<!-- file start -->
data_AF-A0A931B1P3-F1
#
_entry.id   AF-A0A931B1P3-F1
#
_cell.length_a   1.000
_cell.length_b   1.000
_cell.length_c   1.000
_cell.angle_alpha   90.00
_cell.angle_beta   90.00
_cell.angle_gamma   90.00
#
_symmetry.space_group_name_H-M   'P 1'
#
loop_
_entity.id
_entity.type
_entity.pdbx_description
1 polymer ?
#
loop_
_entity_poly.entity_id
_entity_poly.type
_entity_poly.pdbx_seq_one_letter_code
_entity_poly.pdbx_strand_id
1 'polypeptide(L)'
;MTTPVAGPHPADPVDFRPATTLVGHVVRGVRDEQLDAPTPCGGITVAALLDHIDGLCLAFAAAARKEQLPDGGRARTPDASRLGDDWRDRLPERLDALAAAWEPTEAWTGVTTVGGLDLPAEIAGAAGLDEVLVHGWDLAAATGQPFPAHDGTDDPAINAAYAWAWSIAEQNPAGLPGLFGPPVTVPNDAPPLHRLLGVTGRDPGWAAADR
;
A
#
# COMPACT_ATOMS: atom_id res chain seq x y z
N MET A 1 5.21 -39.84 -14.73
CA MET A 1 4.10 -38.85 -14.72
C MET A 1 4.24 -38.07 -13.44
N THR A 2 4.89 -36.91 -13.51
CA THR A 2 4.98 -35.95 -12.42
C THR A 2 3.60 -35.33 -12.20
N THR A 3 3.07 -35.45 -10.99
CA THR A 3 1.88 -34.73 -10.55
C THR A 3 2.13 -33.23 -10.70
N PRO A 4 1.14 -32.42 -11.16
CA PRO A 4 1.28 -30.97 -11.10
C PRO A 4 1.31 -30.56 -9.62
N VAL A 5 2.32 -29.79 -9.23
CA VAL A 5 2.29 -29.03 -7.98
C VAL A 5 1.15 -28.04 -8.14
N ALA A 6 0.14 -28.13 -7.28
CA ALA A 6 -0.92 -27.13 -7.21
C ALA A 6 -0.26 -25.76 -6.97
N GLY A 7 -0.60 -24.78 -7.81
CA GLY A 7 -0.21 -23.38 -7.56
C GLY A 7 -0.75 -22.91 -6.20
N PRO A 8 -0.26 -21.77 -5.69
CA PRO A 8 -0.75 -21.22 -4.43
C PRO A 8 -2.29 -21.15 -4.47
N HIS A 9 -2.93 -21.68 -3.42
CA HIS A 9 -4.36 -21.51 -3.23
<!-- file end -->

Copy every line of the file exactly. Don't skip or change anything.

data_AF-A0A931B1P3-F1
#
_entry.id   AF-A0A931B1P3-F1
#
_cell.length_a   1.000
_cell.length_b   1.000
_cell.length_c   1.000
_cell.angle_alpha   90.00
_cell.angle_beta   90.00
_cell.angle_gamma   90.00
#
_symmetry.space_group_name_H-M   'P 1'
#
loop_
_entity.id
_entity.type
_entity.pdbx_description
1 polymer ?
#
loop_
_entity_poly.entity_id
_entity_poly.type
_entity_poly.pdbx_seq_one_letter_code
_entity_poly.pdbx_strand_id
1 'polypeptide(L)'
;MTTPVAGPHPADPVDFRPATTLVGHVVRGVRDEQLDAPTPCGGITVAALLDHIDGLCLAFAAAARKEQLPDGGRARTPDASRLGDDWRDRLPERLDALAAAWEPTEAWTGVTTVGGLDLPAEIAGAAGLDEVLVHGWDLAAATGQPFPAHDGTDDPAINAAYAWAWSIAEQNPAGLPGLFGPPVTVPNDAPPLHRLLGVTGRDPGWAAADR
;
A
#
# COMPACT_ATOMS: atom_id res chain seq x y z
N MET A 1 5.21 -39.84 -14.73
CA MET A 1 4.10 -38.85 -14.72
C MET A 1 4.24 -38.07 -13.44
N THR A 2 4.89 -36.91 -13.51
CA THR A 2 4.98 -35.95 -12.42
C THR A 2 3.60 -35.33 -12.20
N THR A 3 3.07 -35.45 -10.99
CA THR A 3 1.88 -34.73 -10.55
C THR A 3 2.13 -33.23 -10.70
N PRO A 4 1.14 -32.42 -11.16
CA PRO A 4 1.28 -30.97 -11.10
C PRO A 4 1.31 -30.56 -9.62
N VAL A 5 2.32 -29.79 -9.23
CA VAL A 5 2.29 -29.03 -7.98
C VAL A 5 1.15 -28.04 -8.14
N ALA A 6 0.14 -28.13 -7.28
CA ALA A 6 -0.92 -27.13 -7.21
C ALA A 6 -0.26 -25.76 -6.97
N GLY A 7 -0.60 -24.78 -7.81
CA GLY A 7 -0.21 -23.38 -7.56
C GLY A 7 -0.75 -22.91 -6.20
N PRO A 8 -0.26 -21.77 -5.69
CA PRO A 8 -0.75 -21.22 -4.43
C PRO A 8 -2.29 -21.15 -4.47
N HIS A 9 -2.93 -21.68 -3.42
CA HIS A 9 -4.36 -21.51 -3.23